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Democrats, residents rally in Eau Claire for BadgerCare expansion

Eau Claire (WQOW) – Some Eau Claire residents urged state legislators to accept the available funding to support the BadgerCare Plus expansion in Wisconsin’s budget.

The WI Department of Health Services reported 1,400 people in Eau Claire County would gain healthcare coverage, with a federal investment of $46 million.

“These are people who are working, they’re contributing to our community, but they’re poor,” said Representative Jodi Emerson (D-Eau Claire). “It’s not enough money to make ends meet with housing costs, with healthcare, with food, everything that they need. This would allow them to be on BadgerCare in our state, which is a program that, for the patient, is a very cheap and effective way of getting coverage.”

Republicans have been staunchly against accepting the expansion money, which would bring $1.6 billion in federal funds to Wisconsin. State Senator Kathy Bernier (R-Chippewa Falls) told News 18 it’s unnecessary because the Affordable Care Act is available.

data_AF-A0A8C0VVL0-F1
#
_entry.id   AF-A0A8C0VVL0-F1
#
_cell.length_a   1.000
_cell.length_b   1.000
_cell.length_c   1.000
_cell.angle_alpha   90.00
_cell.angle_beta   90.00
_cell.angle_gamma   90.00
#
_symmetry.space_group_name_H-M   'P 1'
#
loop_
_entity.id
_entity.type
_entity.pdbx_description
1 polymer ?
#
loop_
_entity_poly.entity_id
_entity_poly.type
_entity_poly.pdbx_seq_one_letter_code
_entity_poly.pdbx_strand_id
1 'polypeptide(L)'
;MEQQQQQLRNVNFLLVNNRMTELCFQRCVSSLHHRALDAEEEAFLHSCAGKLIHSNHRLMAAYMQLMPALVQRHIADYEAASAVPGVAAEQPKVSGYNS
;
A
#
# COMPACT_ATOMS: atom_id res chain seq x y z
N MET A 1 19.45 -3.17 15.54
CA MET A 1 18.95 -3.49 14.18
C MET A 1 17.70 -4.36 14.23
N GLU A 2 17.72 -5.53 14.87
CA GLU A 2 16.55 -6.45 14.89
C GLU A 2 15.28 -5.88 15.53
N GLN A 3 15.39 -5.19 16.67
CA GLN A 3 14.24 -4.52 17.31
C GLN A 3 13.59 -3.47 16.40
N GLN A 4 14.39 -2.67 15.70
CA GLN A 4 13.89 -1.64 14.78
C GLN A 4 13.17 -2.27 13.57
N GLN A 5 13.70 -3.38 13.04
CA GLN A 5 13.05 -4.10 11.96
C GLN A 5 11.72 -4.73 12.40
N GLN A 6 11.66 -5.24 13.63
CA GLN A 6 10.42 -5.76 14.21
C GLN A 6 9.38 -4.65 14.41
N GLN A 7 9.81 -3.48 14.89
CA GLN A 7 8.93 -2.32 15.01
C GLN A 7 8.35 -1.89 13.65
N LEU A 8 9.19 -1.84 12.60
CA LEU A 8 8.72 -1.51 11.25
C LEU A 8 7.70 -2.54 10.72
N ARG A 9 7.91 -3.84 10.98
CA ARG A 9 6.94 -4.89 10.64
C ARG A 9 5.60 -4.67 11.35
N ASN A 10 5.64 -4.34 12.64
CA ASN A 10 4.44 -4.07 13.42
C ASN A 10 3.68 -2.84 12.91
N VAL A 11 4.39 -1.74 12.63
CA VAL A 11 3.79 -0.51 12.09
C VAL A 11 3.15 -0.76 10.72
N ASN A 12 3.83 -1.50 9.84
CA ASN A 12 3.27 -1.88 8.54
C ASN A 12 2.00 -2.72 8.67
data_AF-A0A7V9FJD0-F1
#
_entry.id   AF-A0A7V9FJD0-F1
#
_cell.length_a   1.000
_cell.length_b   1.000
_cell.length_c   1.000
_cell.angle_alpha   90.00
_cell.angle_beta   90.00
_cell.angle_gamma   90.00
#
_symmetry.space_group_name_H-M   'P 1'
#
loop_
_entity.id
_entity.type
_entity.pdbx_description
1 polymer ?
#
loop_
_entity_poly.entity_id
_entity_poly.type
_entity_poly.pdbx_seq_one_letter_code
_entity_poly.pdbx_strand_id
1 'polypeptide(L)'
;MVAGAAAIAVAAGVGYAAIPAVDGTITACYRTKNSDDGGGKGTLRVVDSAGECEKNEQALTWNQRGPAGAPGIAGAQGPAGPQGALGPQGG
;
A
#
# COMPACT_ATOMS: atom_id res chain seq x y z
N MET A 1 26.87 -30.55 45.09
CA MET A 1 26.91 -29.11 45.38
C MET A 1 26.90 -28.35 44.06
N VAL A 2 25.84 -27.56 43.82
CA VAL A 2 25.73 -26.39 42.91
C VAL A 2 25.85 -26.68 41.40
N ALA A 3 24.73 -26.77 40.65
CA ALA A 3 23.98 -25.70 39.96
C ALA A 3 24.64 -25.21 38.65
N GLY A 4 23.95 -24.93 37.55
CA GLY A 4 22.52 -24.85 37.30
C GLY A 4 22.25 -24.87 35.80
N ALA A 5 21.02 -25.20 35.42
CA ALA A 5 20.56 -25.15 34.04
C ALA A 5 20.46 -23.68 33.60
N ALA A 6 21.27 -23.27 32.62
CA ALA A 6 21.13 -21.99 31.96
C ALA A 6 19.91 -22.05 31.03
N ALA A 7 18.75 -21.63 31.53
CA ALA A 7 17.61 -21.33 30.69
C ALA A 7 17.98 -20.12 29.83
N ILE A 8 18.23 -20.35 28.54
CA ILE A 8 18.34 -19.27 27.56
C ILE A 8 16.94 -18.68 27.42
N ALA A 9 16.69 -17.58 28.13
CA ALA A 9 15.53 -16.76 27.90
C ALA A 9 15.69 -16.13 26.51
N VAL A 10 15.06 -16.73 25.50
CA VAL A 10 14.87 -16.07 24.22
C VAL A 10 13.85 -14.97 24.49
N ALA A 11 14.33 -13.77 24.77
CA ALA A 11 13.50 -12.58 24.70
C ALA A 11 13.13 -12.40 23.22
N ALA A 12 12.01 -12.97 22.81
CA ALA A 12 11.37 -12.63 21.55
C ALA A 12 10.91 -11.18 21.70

“The one thing that I’ve always argued that I thought was great about ACA is that as you get more and more income, as you work harder, as you move up the ladder, you don’t lose your health insurance,” said Sen. Bernier. “BadgerCare, that isn’t how it works, you move up, you increase your income, and you lose your healthcare.”

Last month, the state’s budget-writing committee rejected Governor Tony Evers’ plan to accept the funding. Rep. Emerson added, after all his proposed programs were paid for, $324 million would be left for the state to spend on roads or schools. However, Sen. Bernier said with the Medicaid funds, that money can only be used for healthcare coverage.

If the expansion is not accepted, again, Emerson said more than 80,000 people in the state would continue to have poor or no healthcare coverage. Bernier added the state will continue to provide BadgerCare coverage for those under the federal poverty level.

“Let’s think of somebody who’s a diabetic, by keeping up with their healthcare, they stay healthy,” said Emerson. “By ignoring it, they end up going into the emergency room, maybe having an amputation, possibly dying, and then they don’t have coverage, and so who pays for that hospital bill? It’s going to be every other person who is getting services from that hospital.”

Emerson also said about 80% of Wisconsinites support federal funding to expand BadgerCare Plus. The state assembly is set to vote on the budget Tuesday. Right now, the plan Republicans drafted does not include Medicaid Expansion.

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Samantha Wensel

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